Latest Team17 Digital News
Sep 12, 2021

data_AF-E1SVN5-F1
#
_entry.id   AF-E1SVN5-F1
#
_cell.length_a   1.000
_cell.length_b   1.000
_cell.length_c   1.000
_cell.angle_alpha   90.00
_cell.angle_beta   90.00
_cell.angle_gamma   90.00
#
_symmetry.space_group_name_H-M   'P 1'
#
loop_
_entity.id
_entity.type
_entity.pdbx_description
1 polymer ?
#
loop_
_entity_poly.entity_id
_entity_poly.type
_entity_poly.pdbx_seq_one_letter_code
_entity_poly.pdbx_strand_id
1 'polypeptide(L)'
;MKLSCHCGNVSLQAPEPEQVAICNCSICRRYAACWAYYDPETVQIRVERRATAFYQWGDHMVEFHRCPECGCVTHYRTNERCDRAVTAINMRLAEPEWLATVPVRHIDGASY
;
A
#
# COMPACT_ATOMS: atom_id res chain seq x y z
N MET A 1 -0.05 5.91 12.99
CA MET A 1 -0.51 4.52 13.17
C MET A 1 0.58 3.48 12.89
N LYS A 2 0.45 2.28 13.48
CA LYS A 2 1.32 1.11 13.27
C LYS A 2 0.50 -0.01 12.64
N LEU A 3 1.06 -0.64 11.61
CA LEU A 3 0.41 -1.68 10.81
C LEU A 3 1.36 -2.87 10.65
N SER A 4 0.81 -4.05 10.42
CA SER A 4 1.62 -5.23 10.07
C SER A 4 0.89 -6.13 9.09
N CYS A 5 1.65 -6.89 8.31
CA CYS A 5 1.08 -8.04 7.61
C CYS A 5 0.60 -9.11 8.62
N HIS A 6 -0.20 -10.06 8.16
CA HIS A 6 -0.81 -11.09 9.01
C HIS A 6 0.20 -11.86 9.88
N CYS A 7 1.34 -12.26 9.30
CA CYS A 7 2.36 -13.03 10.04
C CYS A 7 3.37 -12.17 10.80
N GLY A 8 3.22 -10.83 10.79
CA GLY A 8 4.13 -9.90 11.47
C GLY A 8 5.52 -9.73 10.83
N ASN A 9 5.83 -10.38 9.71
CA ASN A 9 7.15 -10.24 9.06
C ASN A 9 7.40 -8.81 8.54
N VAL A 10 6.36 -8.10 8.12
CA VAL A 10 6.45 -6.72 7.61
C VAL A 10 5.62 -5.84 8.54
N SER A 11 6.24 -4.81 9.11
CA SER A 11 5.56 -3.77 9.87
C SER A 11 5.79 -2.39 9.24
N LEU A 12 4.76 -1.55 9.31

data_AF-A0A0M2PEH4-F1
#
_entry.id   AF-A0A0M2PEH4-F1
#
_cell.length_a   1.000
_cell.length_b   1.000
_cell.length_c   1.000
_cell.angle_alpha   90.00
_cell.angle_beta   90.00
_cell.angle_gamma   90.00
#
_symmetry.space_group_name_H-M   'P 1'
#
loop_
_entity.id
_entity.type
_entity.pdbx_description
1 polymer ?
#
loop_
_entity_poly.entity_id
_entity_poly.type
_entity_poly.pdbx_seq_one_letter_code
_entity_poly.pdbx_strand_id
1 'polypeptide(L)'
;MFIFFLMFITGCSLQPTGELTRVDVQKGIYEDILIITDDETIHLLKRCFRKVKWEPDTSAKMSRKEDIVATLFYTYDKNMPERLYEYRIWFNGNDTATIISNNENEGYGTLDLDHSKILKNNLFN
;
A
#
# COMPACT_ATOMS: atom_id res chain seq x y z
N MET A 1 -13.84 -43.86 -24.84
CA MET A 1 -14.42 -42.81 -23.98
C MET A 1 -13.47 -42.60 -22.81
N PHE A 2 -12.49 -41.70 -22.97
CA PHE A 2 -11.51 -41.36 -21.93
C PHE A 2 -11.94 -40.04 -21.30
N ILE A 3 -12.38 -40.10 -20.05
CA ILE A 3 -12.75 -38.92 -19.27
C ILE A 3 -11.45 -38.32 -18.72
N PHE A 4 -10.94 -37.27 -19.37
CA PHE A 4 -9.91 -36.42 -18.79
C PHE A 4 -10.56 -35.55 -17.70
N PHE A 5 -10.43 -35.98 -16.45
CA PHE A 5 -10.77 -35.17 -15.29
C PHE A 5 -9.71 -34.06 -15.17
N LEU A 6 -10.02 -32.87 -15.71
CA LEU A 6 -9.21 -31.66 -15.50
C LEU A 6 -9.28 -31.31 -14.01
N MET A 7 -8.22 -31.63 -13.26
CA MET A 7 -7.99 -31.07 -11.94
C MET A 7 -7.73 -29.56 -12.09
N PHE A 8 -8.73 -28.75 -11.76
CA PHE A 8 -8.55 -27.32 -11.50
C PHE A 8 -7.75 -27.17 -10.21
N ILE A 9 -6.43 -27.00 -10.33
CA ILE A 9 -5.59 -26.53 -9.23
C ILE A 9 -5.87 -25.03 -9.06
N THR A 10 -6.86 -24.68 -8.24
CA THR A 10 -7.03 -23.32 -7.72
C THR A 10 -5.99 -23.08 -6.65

Team17 Digital ’s Sheltered is a post-apocalyptic strategy survival game that starts out slow and easy, but ramps up the intensity when food supply declines and sudden infections, radiation poisoning and intruders make it difficult to live. Sheltered, which was released in March 2016, is currently free to download on Epic Games Store until September 16th, alongside Nioh: The Complete Edition . I tried out Sheltered with no major expectations going in (I’m typically not a big survival game fan) but it’s safe to say it pleased and frustrated me equally. The first task is for you to create your family of five, including a pet (which can be a dog, cat, fish, horse or a snake) with each having its own pros and cons. You also get to select your family characters’ names, gender, skin tone and more. More importantly, you’re able to choose from a variety of traits and stats that play a major role in your character’s efficiency. For example, the ‘Hands-on’ trait can help you craft faster, whereas the ‘Proactive’ trait enables your character to move around faster. Once you create your family, it’s game on. You start the survival journey in your underground shelter, and the game doesn’t provide you with any knowledge about the reason behind the post-apocalyptic setup. However, judging that radiation poisoning is a thing when you leave the shelter, it’s safe to assume that nuclear warfare may have been involved. But in this game, the past is not something you need to worry about — it’s the dreadful future full of uncertainties that will keep you on the edge. A short tutorial about Sheltered’s mechanics follows, which hardly explains what you need to do besides the very basic fundamentals of the game, including crafting, gathering resources and water and food requirements. Further, it outlines how going to the surface without a hazmat suit can cause radiation poisoning, how stress and trauma levels play a major part in your family’s wellbeing and that radio transmissions should always be answered. The tutorial ends and you’re left to fend for yourself and your family. My first few tries at Sheltered resulted in the eventual doom of most of my in-game family members as we used our resources hastily with no regard for the kids. I sent them out into the radiation to build a horse barn and fix our water filter with no hazmat suits. In short, I initially found the game to be boring and repetitive. However, over time I got the hang of Sheltered and what I needed to do to survive (spoiler alert: my in-game family still doesn’t survive, and no, Vin Diesel was nowhere to be seen). To carry out everyday tasks, upgrades and craft new items, you require resources. The best way to find resources is to send your family members out on expeditions, which costs water. You obtain water either from rain or from trades. You can select two members from your family to go on expeditions with, and make sure you equip them with a gas mask. Otherwise, they’ll come back with radiation poisoning and you’ll have to waste a bunch of meds and resources to get them back to health. What resources they obtain depends on where you send them. Expeditions to a gas station will earn you fuel, whereas going to a nearby church or home will earn you water, ropes, nails, etc. It’s also worth noting that your explorers can sometimes encounter NPCs on their way which can be violent, confused or friendly. Subduing them and taking away all their stuff usually turns out well for you and your family. While two members are gone on the expedition, other members of the family can clean the shelter, upgrade the water and oxygen filters, dig out additional rooms, sleep, shower, puke (yep, they puke, and a lot), bury dead bodies, etc. In essence, Sheltered requires you to plan out every move and micromanage your resources like your life depends on it (it does). The game’s core mechanics involve repetitive moves that might feel boring and tough at first, but as you get the hang of your duties, and come back from an expedition bearing resources your pixelated family needs to survive, you’ll feel a sense of accomplishment and joy, and this is coming from someone who doesn’t enjoy playing such survival games.